BURT WOLF (ON CAMERA): The governor, disregarding his own safety, agreed to store the powder in his home.  But when he found out that the Tucker family had stolen most of the powder from his home and sold it to General George Washington right smack in the middle of the American Revolution, he reconsidered and returned the powder to the State House -- storing it in the attic directly above the seats occupied by the Tucker family.  Nice touch.

As you travel around Bermuda you may notice that many people travel by motorscooter or bus rather than by car.  Bermuda banned all motor vehicles until the end of World War II.  And they are still not thrilled with automobiles. Today each family is allowed only one car, that’s it. There are no rental cars for tourists, but lots of taxis and the Bermuda bus system, which is very effective.  Many tourists rent motorscooters, which are easy to handle and lots of fun. The national speed limit of twenty miles per hour keeps the roads relatively safe. 

BURT WOLF (ON CAMERA): The reefs outside the harbor of St. George’s always made the approach rather treacherous.  And as ships got bigger the problem became more pronounced.  In 1815 the government of Bermuda decided to move its capitol from St. George’s to Hamilton, which had a better harbor.  As a result, things in St. George’s got a lot quieter, and that’s one of the reasons they’ve been able to hold on to so much of their historic architecture.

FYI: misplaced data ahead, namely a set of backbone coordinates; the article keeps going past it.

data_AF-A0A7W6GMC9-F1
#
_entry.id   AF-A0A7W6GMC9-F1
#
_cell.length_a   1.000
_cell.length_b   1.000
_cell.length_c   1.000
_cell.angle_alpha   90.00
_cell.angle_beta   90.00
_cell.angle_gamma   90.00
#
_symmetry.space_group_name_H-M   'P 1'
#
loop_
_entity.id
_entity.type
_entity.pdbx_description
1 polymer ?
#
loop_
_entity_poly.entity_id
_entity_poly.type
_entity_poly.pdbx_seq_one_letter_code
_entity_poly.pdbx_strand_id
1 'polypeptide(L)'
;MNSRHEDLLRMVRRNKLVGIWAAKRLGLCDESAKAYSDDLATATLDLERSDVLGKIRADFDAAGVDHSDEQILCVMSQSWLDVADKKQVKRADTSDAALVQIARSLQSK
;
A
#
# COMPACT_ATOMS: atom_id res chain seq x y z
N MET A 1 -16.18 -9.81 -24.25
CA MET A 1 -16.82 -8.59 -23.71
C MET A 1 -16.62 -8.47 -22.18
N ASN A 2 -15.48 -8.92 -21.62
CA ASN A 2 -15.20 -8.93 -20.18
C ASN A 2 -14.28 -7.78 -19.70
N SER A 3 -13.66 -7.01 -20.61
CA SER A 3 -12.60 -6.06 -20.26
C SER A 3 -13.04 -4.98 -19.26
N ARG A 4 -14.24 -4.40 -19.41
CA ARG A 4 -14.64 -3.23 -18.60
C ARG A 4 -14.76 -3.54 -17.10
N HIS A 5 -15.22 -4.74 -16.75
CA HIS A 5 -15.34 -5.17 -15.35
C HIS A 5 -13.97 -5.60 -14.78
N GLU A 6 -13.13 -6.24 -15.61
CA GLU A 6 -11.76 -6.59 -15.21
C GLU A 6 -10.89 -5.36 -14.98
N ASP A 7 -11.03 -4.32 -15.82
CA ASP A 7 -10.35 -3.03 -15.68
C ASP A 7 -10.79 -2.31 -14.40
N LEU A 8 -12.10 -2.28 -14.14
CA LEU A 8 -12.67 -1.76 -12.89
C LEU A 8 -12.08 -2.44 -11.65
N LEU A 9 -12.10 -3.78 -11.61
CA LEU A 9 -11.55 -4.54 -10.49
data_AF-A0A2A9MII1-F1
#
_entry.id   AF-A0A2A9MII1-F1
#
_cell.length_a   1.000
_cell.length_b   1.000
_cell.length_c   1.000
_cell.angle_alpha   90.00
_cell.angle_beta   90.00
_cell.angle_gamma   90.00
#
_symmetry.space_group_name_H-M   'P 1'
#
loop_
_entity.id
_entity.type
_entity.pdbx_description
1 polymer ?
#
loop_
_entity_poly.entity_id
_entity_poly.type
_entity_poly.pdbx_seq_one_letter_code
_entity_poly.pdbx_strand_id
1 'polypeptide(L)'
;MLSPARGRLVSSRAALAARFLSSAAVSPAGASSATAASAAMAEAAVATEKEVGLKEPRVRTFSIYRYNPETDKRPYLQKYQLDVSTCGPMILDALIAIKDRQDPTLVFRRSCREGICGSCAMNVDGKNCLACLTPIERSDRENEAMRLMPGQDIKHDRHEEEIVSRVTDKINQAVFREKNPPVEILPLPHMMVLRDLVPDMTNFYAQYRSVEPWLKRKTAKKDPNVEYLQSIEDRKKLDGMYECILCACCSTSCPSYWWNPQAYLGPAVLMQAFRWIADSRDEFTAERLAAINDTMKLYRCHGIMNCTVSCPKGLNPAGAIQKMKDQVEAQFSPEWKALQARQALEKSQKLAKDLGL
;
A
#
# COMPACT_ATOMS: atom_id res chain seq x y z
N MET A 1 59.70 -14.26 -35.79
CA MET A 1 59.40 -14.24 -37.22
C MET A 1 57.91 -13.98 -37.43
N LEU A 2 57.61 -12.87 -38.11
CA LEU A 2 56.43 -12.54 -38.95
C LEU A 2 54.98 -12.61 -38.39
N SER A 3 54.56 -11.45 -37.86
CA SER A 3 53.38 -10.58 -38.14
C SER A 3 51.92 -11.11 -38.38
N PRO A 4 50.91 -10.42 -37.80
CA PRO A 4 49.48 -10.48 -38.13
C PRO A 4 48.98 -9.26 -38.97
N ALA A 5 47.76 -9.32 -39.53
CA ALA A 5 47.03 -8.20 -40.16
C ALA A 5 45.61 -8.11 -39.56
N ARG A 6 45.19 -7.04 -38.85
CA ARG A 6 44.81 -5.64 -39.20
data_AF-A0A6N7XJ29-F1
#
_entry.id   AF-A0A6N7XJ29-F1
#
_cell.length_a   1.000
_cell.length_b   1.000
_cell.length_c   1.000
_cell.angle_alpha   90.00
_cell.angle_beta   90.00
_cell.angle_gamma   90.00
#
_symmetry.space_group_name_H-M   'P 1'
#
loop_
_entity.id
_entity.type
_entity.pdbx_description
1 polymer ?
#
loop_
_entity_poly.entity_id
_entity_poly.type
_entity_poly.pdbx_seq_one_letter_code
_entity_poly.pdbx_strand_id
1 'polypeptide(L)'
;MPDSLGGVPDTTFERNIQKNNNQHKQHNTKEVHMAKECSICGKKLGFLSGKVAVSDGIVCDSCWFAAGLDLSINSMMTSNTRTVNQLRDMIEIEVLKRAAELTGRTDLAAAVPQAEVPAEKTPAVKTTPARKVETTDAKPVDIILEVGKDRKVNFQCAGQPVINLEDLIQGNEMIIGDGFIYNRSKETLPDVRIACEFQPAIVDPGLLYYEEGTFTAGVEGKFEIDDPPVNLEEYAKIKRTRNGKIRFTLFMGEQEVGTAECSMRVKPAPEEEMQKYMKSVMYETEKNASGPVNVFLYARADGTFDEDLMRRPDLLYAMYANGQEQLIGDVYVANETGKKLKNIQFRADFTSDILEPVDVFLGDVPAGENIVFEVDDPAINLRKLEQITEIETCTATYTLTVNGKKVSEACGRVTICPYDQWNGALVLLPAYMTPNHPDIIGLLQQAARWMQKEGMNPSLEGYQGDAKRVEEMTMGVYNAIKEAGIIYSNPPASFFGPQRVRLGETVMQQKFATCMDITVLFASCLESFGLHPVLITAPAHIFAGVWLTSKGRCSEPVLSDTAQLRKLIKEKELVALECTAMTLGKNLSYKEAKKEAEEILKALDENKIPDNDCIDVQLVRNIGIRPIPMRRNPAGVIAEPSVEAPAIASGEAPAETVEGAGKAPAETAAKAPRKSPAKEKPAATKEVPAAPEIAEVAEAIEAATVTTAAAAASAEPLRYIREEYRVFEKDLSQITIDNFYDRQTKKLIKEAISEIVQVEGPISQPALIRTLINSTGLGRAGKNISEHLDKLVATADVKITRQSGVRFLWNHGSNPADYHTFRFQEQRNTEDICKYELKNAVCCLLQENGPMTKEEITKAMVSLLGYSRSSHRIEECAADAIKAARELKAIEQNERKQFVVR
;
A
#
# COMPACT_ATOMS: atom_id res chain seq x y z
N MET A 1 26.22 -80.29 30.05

Bermuda architecture is one of the most interesting aspects of the community. The buildings are constructed with a design system that is unique to these islands. It is a response to the climate and the building materials that are found here in the middle of the Atlantic.  Vince Caan is a Bermuda taxi guide with a special interest in the local architecture.

VINCE CAAN:  The architecture in Bermuda is very unique.  The homes are very solid; there are no frame homes.  They’re made out of Bermuda stone, or concrete block in the modern day.  And we need that sort of structure to support our roofs, which -- we depend on rainwater from our roofs.  The roofs are made of Bermuda stone.  It’s cut into a slate; it’s about sixteen inches long and about a foot square and about an inch thick.  And it’s laid similar to the way you lay your shingles in America.  The roofs are painted with a lime wash, which is a lime powder you mix with water and it forms like a latex paint.  That helps to keep the water purified.  There’s a gutter incorporated into the roof, and it’s on a ten-to-thirty degree angle.  And the rainwater is caught from the roofs and goes down into the tank, and a pressurized pump system pumps it back through the house.  Every tank has a trap door, and the trap door by law must be on the exterior of the house.  And of course the Fire Department reserves the right of putting their hose in any tank.  They will replenish the water they take out -- so you don’t need hydrants.